Two patients present with discoloration of the eyelid. The first patient, a black woman aged 65, presents with velvety plaques and skin tags near hear right area that did not itch, burn or hurt. The second, an 8 year old boy with a family history of atopy, presented with eyelid dermatitis. Can you differentiate between the two?
Two patients present with growths on the fingers. The first patient, black woman aged 45 years, presents with papules on the outside of her pinkies that had been present since birth, had not grown and did not bother her. The second, is a man aged 40 years with a six-month history of a growth on the side of one middle finger. Can you differentiate between the two?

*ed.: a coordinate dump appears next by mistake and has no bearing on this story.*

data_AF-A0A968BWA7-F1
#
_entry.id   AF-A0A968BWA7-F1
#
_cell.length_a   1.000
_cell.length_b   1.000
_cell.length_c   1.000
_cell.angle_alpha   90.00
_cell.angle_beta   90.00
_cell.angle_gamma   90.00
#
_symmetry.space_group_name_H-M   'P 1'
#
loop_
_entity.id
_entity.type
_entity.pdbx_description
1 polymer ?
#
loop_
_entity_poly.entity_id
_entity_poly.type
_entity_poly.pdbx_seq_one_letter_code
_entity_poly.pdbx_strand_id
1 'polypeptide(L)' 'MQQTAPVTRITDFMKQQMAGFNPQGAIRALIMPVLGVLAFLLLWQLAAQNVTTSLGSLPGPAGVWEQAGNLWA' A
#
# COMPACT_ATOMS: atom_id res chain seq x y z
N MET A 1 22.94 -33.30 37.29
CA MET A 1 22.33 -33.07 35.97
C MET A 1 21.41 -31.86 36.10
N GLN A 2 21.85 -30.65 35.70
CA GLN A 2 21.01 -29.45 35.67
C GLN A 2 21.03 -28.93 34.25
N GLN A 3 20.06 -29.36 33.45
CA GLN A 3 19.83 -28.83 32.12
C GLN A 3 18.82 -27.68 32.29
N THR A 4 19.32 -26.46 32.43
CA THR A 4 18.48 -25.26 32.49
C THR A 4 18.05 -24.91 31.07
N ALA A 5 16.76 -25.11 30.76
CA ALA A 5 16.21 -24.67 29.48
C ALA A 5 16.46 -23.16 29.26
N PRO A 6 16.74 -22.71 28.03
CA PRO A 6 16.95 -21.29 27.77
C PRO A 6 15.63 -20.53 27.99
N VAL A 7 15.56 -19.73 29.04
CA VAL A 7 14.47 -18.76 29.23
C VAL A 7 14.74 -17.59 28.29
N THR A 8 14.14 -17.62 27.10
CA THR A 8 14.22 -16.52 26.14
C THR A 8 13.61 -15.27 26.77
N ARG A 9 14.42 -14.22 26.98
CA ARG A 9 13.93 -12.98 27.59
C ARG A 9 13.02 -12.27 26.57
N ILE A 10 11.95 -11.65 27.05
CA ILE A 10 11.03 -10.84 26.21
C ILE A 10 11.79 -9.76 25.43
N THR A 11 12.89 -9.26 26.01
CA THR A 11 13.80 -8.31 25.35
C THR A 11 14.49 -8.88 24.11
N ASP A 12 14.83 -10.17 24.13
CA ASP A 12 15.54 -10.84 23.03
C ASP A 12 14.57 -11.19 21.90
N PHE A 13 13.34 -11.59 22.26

Two patients present with red lesions. A white infant aged 4 months presented with a three-month history of a red, verrucous nodule on his scalp, that grew from a small papule to a 3-cm nodule. A white man aged 50 years who had developed red papules on his legs, arms, chest and abdomen 20 years earlier, noticed that a group of the papules grew together to form a plaque. Can you differentiate between these two patients' lesions?
Two patients present with facial pustules, a 35-year-old man and an 18-year old woman. Can you differentiate between these two different dermatologic conditions?
Two patients present with blisters. One has bilateral blister formation on the dorsum of the hands, the other has blisters on the foot, face and diaper regions. Can you differentiate between the two?
Two patients present with hair loss. The first, a 55-year-old gay man presented with patchy-scalp hair loss. The scalp did not itch, burn or hurt, and was not scaly. The other patient, an 8-year-old boy with a several month history of hair loss and palpable lymph nodes. Can you differentiate between the two?